Jan. 21, 2009 at 8:29 PM ET
Warner Independent Pictures
"Slumdog Millionaire," a film that focuses on the young winner of an
Indian "Who Wants to Be a Millionaire" contest, is the priciest pick on
the Hollywood Stock Exchange's best-picture nomination market.
Prediction markets have been spot-on when it comes to picking presidents, but the record is less stellar when it comes to movie stars. This year, the best-known Oscar prediction market largely follows the conventional wisdom on Oscar nominations. How close will the Hollywood Stock Exchange come to the actual picks? Tune in tomorrow.
The idea behind prediction markets is that people who back a particular proposition are able to put their money where their mouth is, and trade in options that pay off if the proposition comes to pass. The winner-take-all propositions could be about who's going to win the presidential election, or who's going to win the Super Bowl, or who's going to win an Oscar. If you're right, you get paid. If you're wrong, you get nothing.
Yes, it sounds like gambling ... and some offshore Web sites handle the prediction markets much as they handle traditional betting. But for two decades, the Iowa Electronic Markets have been allowed to create such real-money "markets" with the sanction of the Commodities Futures Trading Commission, as a research project for the University of Iowa. The research has shown that such markets have done a better job than polls at predicting election results. In fact, a new study based on IEM data was published just this week.
The Hollywood Stock Exchange, which is a subsidiary of the investment firm Cantor Fitzgerald, deals in play money rather than real money. Nevertheless, it has claimed a good record for predicting the Oscars. In 2007, for example, HSX traders settled on the winners in seven of the eight top Oscar categories.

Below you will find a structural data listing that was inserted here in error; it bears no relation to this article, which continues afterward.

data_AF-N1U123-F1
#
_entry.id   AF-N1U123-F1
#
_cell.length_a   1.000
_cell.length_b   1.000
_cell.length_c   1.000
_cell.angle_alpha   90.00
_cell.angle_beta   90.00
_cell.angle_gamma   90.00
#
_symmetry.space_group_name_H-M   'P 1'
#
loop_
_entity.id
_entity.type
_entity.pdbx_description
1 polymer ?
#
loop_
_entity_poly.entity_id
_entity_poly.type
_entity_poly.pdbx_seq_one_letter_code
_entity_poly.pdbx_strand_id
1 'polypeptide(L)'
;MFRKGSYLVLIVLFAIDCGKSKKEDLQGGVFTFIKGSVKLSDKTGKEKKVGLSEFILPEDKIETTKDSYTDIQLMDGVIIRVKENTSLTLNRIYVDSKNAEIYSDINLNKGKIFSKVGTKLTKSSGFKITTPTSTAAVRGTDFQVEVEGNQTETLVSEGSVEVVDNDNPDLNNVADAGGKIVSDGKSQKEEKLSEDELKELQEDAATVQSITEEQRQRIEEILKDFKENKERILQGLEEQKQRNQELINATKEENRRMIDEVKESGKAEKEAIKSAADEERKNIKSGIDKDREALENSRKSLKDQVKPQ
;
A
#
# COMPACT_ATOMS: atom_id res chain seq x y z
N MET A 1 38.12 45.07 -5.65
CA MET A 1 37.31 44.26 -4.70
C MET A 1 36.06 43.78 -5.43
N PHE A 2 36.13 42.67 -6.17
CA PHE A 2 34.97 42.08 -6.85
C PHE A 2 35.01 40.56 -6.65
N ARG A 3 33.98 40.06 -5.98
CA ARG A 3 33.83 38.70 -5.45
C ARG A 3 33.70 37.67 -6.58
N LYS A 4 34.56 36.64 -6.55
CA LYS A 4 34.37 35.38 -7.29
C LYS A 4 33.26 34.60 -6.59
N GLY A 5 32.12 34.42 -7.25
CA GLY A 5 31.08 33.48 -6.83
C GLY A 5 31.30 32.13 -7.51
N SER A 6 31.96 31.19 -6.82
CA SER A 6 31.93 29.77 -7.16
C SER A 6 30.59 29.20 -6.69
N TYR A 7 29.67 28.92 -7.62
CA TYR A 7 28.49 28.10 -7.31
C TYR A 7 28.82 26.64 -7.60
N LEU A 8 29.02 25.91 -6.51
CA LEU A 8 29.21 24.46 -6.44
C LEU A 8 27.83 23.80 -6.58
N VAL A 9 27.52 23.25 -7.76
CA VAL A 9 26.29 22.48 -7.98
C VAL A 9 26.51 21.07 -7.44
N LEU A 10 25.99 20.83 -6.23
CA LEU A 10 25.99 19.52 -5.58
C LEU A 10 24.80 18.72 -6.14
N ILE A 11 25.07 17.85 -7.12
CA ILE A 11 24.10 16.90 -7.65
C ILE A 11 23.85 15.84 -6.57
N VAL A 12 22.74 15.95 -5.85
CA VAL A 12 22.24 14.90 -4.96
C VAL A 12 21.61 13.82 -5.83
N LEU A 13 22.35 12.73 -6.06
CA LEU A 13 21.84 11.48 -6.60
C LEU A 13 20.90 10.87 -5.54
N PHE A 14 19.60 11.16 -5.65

Last month, Cantor Fitzgerald announced that it would offer futures contracts for domestic movie box-office receipts - which means investors would be able to put down real money on how they think movies will do. That resulted in some raised eyebrows - and a note of caution from one of the professors involved in the IEM.
The Iowa research project, like the Hollywood Stock Exchange, has offered markets to predict box-office figures for some time now, and marketing professor Tom Gruca said neither the IEM nor the HSX has been very good at the game. The average percentage error for the IEM's forecasts is 38 percent, while the equivalent predictions from the HSX have been off by 31 percent on average.
"Forecasting movies is a very difficult problem," Gruca said. "There's an enormous amount of data out there for traders to aggregate, but how do you put it all together? Nobody's learned yet how to distill all that information into a consistently accurate forecast."
Predicting Oscar nominations may be easier. Let's see how the HSX does on Thursday morning. Here are the priciest stocks in the top four categories, as rated by investors at 5:15 p.m. ET today:
Update for 11:45 a.m. ET Jan. 22: On one hand, four out of five ain't bad. On the other hand, most of the favorites for the Oscars are so locked in that it doesn't take a genius (or the wisdom of crowds) to put together a respectable list of nominees. So how well did HSX do? One way to judge is to compare its record with a real live person - namely, Newsweek's Ramin Setoodeh, a.k.a. the Gold Digger.
Correction for 11:25 a.m. ET Jan. 28: Ugh, I originally wrote that the Securities and Exchange Commission had given clearance to the Iowa Electronic Markets when it was actually the Commodities Futures Trading Commission - as I pointed out in the earlier item that I'm linking to. I should read my own stuff more closely. I've corrected the reference above.